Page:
99 HOMES – REVIEW: Spider-Man loses his home in Ramin Bahrani’s 99 Homes and finds out that life isn’t so Amazing.

Dennis Nash (Andrew Garfield), an ordinary working stiff, lives with his son (Noah Lomax) and his mother (Laura Dern) in their small suburban home. Behind on the mortgage payments, the bank foreclose and the family are evicted from their home and left on the sidewalk. Rick Carver (a towering performance from the ever-watchable Michael Shannon), a property speculator, arrives on his doorstep with the local sheriffs to execute the eviction. The scene is played out in full, and the frustration, anger, humiliation and fear is tangible as an indifferent authority crushes people’s lives with the banality of a well-practiced routine. Without work and holed up in a motel, Nash goes looking for Carver’s crew to reclaim some stolen tools, but Carver offers him a job instead. Nash finds himself in a devil’s dilemma: can he get his own house back by helping Carver kick other people out of theirs?

Bahrani has a record of filming original stories rooted in a criminally ignored social reality. The Zac Efron melodrama At Any Price used the plight of farmers being bullied by huge agro-business as its backdrop. Here however the blend of drama and context is seamless and the acting is exceptional. Shannon with his e-cigarette glowing is Mephistopheles with a mobile phone and Garfield gives a mature and unsentimental performance as a honest young man who is sorely tempted to put aside human empathy in order to achieve his goal. Bahrani is skillful in keeping everything in balance and provides us with the kind of angry and much needed drama about the human cost behind the headlines of economic meltdown.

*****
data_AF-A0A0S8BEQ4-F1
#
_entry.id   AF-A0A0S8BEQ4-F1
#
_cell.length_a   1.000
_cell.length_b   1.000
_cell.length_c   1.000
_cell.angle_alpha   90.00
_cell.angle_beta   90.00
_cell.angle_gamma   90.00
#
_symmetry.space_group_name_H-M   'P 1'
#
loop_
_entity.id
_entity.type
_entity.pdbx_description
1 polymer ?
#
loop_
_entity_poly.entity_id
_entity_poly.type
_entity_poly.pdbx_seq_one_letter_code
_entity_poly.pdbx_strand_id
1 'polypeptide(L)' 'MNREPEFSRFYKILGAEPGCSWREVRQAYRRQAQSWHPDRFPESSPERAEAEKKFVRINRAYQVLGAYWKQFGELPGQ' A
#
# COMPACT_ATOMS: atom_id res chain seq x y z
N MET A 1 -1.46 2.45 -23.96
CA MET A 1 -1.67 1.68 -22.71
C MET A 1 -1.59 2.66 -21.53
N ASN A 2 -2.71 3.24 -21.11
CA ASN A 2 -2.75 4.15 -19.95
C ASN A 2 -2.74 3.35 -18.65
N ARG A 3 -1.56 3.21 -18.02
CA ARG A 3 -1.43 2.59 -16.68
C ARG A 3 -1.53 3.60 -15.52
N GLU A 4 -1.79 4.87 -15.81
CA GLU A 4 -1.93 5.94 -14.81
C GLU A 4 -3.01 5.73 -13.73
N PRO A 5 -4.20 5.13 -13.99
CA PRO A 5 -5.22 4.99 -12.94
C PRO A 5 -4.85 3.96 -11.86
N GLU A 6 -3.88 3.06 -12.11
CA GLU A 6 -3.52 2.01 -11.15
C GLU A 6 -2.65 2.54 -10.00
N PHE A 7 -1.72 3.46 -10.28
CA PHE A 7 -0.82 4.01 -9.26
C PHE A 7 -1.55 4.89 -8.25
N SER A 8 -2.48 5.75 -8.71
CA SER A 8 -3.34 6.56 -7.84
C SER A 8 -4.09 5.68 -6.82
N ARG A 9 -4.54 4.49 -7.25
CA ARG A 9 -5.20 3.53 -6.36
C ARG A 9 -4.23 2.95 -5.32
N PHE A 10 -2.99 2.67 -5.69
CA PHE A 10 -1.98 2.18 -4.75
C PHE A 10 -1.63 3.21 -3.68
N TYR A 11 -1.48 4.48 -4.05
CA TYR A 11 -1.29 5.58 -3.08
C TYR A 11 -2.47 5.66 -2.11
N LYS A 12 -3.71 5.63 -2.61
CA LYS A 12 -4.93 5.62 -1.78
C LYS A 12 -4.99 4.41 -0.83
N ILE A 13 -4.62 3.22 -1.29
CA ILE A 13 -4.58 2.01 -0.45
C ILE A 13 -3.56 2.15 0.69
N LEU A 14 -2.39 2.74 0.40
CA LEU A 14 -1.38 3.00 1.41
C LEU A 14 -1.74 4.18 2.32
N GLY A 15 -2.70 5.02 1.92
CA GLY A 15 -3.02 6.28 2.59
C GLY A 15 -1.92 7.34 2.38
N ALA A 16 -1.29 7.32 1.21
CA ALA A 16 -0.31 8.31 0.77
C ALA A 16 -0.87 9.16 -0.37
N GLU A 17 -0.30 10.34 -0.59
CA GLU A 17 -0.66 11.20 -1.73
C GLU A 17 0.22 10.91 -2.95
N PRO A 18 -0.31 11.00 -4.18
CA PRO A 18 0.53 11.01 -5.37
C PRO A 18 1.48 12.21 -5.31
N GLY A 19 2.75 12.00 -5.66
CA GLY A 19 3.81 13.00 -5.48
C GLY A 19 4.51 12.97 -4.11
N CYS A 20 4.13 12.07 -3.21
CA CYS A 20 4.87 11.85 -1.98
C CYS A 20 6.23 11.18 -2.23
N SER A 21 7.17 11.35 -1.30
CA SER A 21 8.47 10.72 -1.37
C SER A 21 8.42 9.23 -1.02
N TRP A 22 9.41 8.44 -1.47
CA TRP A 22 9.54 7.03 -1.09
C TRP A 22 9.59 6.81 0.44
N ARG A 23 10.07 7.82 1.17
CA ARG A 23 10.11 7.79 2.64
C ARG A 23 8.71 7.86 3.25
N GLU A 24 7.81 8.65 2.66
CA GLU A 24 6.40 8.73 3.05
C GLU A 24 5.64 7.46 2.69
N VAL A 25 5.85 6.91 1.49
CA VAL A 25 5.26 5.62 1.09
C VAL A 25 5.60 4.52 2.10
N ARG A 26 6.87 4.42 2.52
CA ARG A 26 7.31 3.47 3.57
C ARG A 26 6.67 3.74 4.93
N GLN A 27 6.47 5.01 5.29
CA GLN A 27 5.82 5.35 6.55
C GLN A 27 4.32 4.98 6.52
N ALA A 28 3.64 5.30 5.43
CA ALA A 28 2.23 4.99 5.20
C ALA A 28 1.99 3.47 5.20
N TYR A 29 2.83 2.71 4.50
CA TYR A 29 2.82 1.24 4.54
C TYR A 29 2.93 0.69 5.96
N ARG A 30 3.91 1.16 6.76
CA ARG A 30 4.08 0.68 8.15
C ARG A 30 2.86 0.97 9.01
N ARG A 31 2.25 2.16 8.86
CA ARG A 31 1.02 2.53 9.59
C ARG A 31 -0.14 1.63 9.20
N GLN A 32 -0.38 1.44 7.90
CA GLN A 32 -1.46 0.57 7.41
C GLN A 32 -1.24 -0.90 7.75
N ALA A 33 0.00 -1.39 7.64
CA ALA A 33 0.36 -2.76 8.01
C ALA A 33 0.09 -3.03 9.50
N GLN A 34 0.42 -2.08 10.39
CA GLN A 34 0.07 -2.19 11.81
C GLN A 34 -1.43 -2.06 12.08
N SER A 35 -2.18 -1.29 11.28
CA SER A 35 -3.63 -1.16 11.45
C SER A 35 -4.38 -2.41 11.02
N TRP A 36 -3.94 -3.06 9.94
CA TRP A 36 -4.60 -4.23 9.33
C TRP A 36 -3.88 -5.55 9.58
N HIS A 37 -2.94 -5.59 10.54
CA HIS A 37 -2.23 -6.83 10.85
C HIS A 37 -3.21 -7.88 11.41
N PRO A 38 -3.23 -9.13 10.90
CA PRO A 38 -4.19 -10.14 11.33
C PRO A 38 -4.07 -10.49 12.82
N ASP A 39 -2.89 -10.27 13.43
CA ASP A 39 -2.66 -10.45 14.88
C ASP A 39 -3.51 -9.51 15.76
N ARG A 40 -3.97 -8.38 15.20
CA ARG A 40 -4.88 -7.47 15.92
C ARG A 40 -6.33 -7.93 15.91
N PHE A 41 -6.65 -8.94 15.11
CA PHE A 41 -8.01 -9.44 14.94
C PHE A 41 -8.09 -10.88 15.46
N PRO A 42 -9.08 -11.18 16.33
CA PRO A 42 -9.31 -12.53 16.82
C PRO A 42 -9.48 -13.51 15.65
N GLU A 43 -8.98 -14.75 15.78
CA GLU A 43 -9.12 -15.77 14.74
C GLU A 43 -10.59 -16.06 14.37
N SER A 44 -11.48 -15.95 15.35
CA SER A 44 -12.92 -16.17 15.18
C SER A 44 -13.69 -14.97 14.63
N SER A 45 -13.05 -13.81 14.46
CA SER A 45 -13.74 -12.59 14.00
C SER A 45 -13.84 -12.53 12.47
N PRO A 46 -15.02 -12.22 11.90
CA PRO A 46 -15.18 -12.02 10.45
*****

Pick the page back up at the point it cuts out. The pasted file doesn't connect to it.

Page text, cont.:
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AT ANY PRICE: REVIEW – At Any Price might as well have been called Something Something Something. And yet despite titular blandness, the Zac Efron drama is an unusual but old fashioned melodrama.

The Efron continues his flight from High School Musical playing Dean Whipple, the young race car driver son of Henry Whipple (Dennis Quaid), a seeds salesman and farmer and hail fellow well met Lothario with a bad back.
Whipple is in the midst of a crisis, as the agri-corporation company he works for bears down on him for some dodgy deal he’s pulled and his extramarital seed distribution also looks to threaten his family. Ramin Bahrani’s film weirdly ditches its car racing sub plot halfway through – which looked to be giving the film its manly dynamism – to concentrate more on Quaid’s woes and their failing relationship. It makes the film as broken backed as poor Henry, but that’s better than it descending into the usual formulaic story of fast cars and success as an escape route. This gritty little drama is light years away from the justly pissed on The Paperboy (Click HERE for that review), and though it isn’t going to set off a lot of fireworks, there’s some quality and thoughtfulness here well worthy of attention.